The chair of the US Equal Employment Opportunity Commission, jointly with officials from three other federal agencies, on Monday released a statement outlining a commitment to enforce their respective laws and regulations to protect the public from bias in automated systems and artificial intelligence.

It serves as a warning to industries — including those in the workforce ecosystem — to proceed with caution when using AI.

In addition to EEOC chair Charlotte Burrows, the statement was signed by Rohit Chopra, director of the Consumer Financial Protection Bureau; Kristen Clarke, assistant attorney general for the Justice Department’s Civil Rights Division; and Lina Khan, chair of the Federal Trade Commission. All four agencies — which are responsible for enforcing civil rights, nondiscrimination, fair competition, consumer protection and other legal protections — have previously expressed concerns about potentially harmful uses of automated systems and resolved to “vigorously enforce” their collective authorities and to monitor the development and use of automated systems.

The group uses the term “automated systems” broadly to mean software and algorithmic processes, including AI, that are used to automate workflows and help people complete tasks or make decisions.

“We have come together to make clear that the use of advanced technologies, including artificial intelligence, must be consistent with federal laws,” said Burrows, chair of the EEOC. “America’s workplace civil rights laws reflect our most cherished values of justice, fairness and opportunity, and the EEOC has a solemn responsibility to vigorously enforce them in this new context. We will continue to raise awareness on this topic; to help educate employers, vendors and workers; and, where necessary, to use our enforcement authorities to ensure AI does not become a high-tech pathway to discrimination.”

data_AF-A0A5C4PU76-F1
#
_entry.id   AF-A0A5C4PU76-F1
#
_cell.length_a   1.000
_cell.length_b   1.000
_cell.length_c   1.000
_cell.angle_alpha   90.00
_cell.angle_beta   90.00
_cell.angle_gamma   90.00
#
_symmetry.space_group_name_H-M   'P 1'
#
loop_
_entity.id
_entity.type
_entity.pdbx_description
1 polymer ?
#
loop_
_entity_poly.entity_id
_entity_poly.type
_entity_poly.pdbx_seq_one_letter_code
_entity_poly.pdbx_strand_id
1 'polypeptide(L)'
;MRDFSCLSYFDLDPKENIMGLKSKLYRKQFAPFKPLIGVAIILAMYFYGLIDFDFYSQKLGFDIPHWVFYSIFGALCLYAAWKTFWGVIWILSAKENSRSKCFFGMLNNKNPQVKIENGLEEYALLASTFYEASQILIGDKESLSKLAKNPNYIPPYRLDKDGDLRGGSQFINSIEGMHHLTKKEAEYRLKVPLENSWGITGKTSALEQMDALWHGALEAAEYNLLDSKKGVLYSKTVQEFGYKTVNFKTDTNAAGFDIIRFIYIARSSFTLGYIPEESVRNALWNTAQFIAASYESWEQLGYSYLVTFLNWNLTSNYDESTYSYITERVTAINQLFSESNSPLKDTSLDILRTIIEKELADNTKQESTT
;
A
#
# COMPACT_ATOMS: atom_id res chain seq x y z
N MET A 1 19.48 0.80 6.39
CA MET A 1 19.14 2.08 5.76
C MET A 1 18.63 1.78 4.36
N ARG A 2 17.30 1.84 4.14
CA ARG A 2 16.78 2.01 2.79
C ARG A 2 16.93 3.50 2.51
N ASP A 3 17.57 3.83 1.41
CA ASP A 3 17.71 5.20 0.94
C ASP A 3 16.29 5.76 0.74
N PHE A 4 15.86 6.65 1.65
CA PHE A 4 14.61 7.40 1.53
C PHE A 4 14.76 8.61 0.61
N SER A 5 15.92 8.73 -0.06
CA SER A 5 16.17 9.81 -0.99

While these tools can be useful, they also have the potential to produce outcomes that result in unlawful discrimination, according to the group. Potential discrimination in automated systems may come from different sources, including problems with:

Data and data sets. Automated system outcomes can be skewed by unrepresentative or imbalanced data sets, data sets that incorporate historical bias or data sets that contain other types of errors. Automated systems also can correlate data with protected classes, which can lead to discriminatory outcomes.

Model opacity and access. Many automated systems are “black boxes” whose internal workings are not clear to most people and, in some cases, even the developer of the tool. This lack of transparency often makes it all the more difficult for developers, businesses and individuals to know whether an automated system is fair.

Design and use. Developers do not always understand or account for the contexts in which private or public entities will use their automated systems. Developers may design a system on the basis of flawed assumptions about its users, relevant context or the underlying practices or procedures it may replace.

“We already see how AI tools can turbocharge fraud and automate discrimination, and we won’t hesitate to use the full scope of our legal authorities to protect Americans from these threats,” said FTC Chair Khan. “Technological advances can deliver critical innovation — but claims of innovation must not be cover for lawbreaking. There is no AI exemption to the laws on the books, and the FTC will vigorously enforce the law to combat unfair or deceptive practices or unfair methods of competition.”

More information on AI regulations can be found in the recent CWS 3.0 article, “AI regulation is not one size fits all.”